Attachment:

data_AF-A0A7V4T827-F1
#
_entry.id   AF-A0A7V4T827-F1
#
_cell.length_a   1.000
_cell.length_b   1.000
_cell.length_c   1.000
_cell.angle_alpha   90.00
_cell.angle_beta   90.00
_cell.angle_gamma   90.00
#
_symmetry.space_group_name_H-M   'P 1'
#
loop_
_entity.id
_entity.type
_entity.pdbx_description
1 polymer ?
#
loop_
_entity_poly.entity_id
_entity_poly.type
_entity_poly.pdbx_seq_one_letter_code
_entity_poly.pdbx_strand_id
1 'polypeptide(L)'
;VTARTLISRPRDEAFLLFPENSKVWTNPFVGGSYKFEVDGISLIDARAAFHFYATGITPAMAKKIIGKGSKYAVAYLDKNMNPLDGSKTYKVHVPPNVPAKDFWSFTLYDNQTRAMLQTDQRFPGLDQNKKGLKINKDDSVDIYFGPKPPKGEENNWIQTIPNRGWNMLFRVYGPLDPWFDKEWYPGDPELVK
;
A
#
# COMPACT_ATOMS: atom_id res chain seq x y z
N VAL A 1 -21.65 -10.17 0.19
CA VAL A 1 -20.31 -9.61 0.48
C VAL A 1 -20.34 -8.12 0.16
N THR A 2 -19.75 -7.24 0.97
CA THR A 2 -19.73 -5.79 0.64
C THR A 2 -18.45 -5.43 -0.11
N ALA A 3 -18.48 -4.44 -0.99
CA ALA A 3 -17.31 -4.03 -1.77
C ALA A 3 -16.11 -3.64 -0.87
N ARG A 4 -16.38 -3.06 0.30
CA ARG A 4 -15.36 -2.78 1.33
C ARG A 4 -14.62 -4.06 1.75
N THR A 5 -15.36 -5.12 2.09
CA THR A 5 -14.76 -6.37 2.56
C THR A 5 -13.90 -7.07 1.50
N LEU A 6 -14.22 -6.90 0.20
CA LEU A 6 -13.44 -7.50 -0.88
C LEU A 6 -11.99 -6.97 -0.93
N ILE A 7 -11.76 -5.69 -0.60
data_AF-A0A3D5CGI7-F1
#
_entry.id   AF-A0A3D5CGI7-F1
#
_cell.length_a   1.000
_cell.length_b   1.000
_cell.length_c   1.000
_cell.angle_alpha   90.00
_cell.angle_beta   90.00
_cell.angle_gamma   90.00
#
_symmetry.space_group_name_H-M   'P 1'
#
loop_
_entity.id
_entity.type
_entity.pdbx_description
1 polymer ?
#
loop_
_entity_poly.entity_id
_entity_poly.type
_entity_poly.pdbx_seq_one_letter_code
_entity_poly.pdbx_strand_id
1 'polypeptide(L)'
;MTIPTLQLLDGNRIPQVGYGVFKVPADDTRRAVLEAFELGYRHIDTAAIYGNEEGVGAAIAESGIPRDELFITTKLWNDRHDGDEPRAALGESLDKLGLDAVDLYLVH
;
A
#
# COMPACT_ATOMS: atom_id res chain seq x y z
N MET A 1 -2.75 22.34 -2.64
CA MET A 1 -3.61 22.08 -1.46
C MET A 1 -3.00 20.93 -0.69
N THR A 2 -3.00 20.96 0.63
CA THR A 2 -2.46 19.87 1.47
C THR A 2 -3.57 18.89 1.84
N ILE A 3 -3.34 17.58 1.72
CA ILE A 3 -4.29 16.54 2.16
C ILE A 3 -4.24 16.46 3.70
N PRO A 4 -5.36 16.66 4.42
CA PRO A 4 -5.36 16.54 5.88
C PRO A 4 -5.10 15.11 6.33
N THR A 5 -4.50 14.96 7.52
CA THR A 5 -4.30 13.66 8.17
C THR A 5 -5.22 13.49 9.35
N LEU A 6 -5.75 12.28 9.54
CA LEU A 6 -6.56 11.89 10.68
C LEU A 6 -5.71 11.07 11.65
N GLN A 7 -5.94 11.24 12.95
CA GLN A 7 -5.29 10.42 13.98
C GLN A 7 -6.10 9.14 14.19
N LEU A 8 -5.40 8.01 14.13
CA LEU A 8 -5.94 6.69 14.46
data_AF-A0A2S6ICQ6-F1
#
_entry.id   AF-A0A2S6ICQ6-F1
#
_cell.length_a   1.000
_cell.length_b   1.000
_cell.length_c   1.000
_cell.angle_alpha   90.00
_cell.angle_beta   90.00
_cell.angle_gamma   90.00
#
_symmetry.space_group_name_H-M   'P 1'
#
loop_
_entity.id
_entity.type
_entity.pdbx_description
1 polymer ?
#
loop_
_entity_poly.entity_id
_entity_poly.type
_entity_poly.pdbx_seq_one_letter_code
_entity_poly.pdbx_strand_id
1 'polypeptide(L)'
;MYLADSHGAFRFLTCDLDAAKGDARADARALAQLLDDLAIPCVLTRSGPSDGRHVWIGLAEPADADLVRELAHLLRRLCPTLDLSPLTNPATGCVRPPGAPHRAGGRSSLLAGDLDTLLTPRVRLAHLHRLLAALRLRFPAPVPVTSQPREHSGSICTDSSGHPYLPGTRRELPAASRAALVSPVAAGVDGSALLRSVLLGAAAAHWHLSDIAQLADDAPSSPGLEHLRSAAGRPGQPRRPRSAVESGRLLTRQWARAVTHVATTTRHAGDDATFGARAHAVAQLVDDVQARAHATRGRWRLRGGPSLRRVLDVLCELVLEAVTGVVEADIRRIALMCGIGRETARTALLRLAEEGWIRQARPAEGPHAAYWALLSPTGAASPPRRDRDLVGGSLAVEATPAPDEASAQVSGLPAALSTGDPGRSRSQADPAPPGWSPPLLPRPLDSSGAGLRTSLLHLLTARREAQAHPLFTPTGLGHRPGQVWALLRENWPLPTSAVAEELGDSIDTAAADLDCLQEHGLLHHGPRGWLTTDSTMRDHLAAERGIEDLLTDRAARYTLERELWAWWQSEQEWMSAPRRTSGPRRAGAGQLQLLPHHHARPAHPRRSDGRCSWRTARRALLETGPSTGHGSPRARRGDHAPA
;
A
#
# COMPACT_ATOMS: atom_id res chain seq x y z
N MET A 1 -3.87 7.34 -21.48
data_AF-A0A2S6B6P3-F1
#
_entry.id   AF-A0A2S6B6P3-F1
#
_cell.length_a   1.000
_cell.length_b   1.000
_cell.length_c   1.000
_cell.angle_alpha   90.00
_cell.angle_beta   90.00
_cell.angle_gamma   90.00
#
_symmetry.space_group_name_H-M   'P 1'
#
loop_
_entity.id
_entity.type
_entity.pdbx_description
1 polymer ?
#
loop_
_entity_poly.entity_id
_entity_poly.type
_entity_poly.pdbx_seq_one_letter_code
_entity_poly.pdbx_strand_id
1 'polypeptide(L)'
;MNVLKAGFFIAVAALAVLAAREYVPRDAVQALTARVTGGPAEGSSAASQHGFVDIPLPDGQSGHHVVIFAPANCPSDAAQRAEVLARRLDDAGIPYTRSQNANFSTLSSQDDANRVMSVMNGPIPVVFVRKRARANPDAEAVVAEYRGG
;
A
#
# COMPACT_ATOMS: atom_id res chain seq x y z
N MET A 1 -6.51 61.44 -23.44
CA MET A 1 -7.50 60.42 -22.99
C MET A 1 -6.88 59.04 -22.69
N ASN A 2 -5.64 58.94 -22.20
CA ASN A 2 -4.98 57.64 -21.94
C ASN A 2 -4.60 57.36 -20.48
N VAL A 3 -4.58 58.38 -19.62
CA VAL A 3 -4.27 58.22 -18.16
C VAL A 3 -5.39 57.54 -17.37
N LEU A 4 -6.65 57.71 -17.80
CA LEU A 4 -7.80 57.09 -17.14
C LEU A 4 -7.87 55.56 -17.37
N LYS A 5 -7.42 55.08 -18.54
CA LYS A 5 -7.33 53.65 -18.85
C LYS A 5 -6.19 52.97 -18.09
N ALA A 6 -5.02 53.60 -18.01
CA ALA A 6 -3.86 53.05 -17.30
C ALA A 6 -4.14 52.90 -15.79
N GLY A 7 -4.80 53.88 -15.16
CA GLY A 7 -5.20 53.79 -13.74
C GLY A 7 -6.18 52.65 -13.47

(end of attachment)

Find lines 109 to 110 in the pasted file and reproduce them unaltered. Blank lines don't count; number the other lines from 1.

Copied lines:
_cell.length_c   1.000
_cell.angle_alpha   90.00